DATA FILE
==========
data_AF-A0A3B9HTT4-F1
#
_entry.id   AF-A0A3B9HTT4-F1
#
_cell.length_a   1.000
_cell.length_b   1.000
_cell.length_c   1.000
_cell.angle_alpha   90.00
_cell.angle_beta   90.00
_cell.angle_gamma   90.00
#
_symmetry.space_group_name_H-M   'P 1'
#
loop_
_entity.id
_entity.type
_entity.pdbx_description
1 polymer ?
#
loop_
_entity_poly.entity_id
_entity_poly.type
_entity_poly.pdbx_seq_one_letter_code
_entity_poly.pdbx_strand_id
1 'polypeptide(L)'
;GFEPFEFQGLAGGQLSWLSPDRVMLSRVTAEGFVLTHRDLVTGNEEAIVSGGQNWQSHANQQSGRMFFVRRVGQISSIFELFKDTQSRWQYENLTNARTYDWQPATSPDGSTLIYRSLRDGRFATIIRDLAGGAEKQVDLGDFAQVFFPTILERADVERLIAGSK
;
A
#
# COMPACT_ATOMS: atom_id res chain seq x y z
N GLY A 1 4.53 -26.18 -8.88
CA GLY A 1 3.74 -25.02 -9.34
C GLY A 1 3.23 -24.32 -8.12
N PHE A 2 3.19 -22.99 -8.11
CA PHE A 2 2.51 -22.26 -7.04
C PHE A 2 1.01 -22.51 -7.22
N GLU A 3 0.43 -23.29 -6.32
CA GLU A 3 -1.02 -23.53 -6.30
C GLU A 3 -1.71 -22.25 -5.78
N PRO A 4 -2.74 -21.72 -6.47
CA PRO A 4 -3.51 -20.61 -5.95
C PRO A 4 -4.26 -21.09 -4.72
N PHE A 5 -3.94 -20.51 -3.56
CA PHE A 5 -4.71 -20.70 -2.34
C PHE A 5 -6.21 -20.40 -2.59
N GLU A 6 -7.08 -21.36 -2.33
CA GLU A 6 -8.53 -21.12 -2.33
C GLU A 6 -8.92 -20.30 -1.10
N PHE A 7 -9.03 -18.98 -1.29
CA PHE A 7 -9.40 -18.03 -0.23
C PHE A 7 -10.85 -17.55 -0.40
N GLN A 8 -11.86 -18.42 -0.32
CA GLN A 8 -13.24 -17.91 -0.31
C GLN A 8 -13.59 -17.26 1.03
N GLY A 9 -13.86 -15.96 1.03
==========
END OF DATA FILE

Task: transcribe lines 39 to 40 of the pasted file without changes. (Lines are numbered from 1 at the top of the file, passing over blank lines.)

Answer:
C GLU A 3 -1.71 -22.25 -5.78
N PRO A 4 -2.74 -21.72 -6.47